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Pneumocystis Pneumonia Complicated by Extensive Diffuse Pneumatoceles

High-resolution chest computed tomography scan before treatment (A) and after treatment (B) of Pneumocystis jirovecii pneumonia with 21-day course of trimethoprim-sulfamethoxazole and intravenous immunoglobulin.

A 60-year-old male presented to the outpatient clinic with shortness of breath, subjective fevers, and night sweats of 1-month’s duration. Initial chest X-ray revealed new bilateral perihilar consolidations. He was treated with a 5-day course of levofloxacin 750 mg/d without improvement. Therefore, he underwent a chest computed tomography (CT) scan which showed extensive bilateral pneumatoceles (Figure 1A). Bronchoscopy with bronchoalveolar lavage (BAL) was positive for Pneumocystis jirovecii on polymerase chain reaction (PCR). Laboratory workup revealed lymphopenia with lymphocyte count of 0.41 × 10(9)/L and CD4 count of 40 cells/mm3. The patient had no risk factors for HIV infection. HIV RNA testing and fourth-generation combined HIV 1/2 immunoassay for the detection of P 24 antigen and HIV 1/2 antibodies were negative on 2 separate occasions 12 weeks apart. Both tests have a sensitivity of 79.8% and 97.6%, respectively, in acute HIV infection.1 However, if acute HIV infection is suspected, HIV RNA and serologic tests should be repeated in 4-8 weeks because 99% of patients infected with HIV test positive 45 days after HIV acquisition.2 Therefore, HIV was ruled out as a cause of the patient’s lymphopenia.

Autoantibodies against granulocytes-macrophage colony-stimulating factor and interferon gamma were negative in addition to negative antinuclear antibody (ANA) and antineutrophil cytoplasmic antibody (ANCA). INVITAE© genetic panel, which includes 207 genes associated with inherited disorders of the immune system, was performed and showed 1 possibly pathogenic variant in the TNFRSF13B gene; c.542C>A (p.Ala181Glu). Changes in this gene are associated with common variable immunodeficiency. However, it was not entirely clear how this would explain the patient’s complex presentation.

He was treated with a 21-day course of trimethoprim-sulfamethoxazole at a dose of 15 mg/kg in addition to intravenous immunoglobulin (IVIG). On follow-up, the patient had near-complete resolution of the cystic lung changes with complete resolution of his symptoms (Figure 1B). CD4 lymphopenia persisted despite appropriate treatment. The current working diagnosis is idiopathic CD4 lymphopenia with hypogammaglobinemia.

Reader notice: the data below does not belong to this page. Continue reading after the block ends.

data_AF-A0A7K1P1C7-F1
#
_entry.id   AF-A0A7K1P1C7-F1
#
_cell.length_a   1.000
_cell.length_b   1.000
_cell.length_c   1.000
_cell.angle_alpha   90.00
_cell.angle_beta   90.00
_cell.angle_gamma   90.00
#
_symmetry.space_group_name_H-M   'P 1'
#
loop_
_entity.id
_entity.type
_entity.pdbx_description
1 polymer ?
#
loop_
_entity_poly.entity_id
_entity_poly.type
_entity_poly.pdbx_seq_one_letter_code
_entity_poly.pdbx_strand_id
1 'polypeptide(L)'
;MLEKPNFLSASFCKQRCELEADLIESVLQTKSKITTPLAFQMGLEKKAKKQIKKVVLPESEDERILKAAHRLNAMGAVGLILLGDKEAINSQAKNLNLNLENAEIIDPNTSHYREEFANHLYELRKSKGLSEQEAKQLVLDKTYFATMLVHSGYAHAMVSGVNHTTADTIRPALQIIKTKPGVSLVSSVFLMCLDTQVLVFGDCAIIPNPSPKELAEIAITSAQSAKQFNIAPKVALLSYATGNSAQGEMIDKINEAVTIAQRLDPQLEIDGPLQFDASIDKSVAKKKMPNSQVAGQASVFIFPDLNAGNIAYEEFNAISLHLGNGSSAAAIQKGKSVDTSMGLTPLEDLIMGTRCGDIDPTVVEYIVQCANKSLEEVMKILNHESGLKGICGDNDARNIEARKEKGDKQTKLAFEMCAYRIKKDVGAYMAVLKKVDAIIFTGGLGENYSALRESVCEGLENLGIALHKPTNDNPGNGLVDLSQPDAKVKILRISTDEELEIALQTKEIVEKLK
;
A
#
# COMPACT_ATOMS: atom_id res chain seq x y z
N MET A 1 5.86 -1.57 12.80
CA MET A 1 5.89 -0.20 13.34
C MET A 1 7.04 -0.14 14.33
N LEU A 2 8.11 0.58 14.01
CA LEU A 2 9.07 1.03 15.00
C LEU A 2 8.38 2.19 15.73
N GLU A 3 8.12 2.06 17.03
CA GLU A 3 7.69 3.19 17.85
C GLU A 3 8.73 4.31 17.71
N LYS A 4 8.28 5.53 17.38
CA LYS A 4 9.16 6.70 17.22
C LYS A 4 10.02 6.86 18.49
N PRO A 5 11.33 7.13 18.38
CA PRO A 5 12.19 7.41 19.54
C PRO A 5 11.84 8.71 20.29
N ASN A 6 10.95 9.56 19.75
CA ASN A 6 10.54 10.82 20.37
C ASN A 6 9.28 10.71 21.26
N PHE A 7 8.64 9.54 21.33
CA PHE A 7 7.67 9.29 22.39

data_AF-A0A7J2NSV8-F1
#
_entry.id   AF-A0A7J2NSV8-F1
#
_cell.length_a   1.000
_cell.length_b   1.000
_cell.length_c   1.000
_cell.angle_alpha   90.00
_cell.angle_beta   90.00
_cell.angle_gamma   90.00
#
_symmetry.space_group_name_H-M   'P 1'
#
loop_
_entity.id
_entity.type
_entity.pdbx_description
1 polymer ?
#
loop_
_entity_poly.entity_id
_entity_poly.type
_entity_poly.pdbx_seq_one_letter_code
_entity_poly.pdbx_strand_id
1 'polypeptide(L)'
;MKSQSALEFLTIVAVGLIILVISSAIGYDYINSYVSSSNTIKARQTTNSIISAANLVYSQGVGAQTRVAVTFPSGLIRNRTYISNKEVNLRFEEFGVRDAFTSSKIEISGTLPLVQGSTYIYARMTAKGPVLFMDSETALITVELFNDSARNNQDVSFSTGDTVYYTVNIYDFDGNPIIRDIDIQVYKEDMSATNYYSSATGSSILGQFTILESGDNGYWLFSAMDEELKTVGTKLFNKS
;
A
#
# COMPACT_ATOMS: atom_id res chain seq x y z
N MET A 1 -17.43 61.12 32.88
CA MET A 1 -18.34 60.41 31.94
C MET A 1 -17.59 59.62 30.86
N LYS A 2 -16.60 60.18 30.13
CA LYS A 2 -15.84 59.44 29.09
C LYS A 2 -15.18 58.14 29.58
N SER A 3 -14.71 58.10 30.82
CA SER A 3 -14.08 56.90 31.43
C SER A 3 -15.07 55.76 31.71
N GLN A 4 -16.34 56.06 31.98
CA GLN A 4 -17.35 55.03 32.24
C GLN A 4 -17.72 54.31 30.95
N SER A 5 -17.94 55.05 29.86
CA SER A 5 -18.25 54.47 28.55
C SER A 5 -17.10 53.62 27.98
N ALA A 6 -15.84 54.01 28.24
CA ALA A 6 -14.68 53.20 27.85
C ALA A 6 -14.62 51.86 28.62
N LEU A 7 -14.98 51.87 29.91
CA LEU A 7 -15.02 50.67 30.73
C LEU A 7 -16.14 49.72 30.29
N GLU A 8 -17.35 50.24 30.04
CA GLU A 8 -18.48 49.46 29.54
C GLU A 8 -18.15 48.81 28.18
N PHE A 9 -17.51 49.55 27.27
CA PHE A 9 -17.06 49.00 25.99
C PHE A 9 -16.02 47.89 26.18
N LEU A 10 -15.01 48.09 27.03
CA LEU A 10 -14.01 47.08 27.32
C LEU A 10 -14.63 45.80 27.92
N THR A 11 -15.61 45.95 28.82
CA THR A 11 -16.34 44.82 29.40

Pneumocystis jirovecii pneumonia (PCP) is a potentially life-threatening fungal infection that occurs almost exclusively in patients who are immunocompromised.3 Patients often have nonspecific symptoms including dyspnea and low-grade fevers. Bilateral diffuse interstitial opacities are typically seen on imaging with ground-glass opacities being the dominant feature.4 However, a minority of patients present with pneumatoceles. This is particularly less common in patients not infected with HIV with an incidence as low as 3% and is often reversible with treatment.5 The pathogenesis is not well understood. Proposed theories include inflammatory exudates acting as a one-way valve leading to cyst formation, elastase release from macrophages leading to destruction of alveolar septa, and direct tissue damage caused by Pneumocystis jirovecii.6

This is less commonly encountered now because of the increased awareness of pneumocystis infections in patients without HIV, and the improved diagnostic tests resulting in early diagnosis and treatment. Pneumocystis jirovecii pneumonia should be considered in patients presenting with pneumatoceles.

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-Hasan Ahmad Hasan Albitar, MDaOmar M. Abu Saleh, M.B.B.S.b

This article originally appeared in the May 2019 issue of The American Journal of Medicine.

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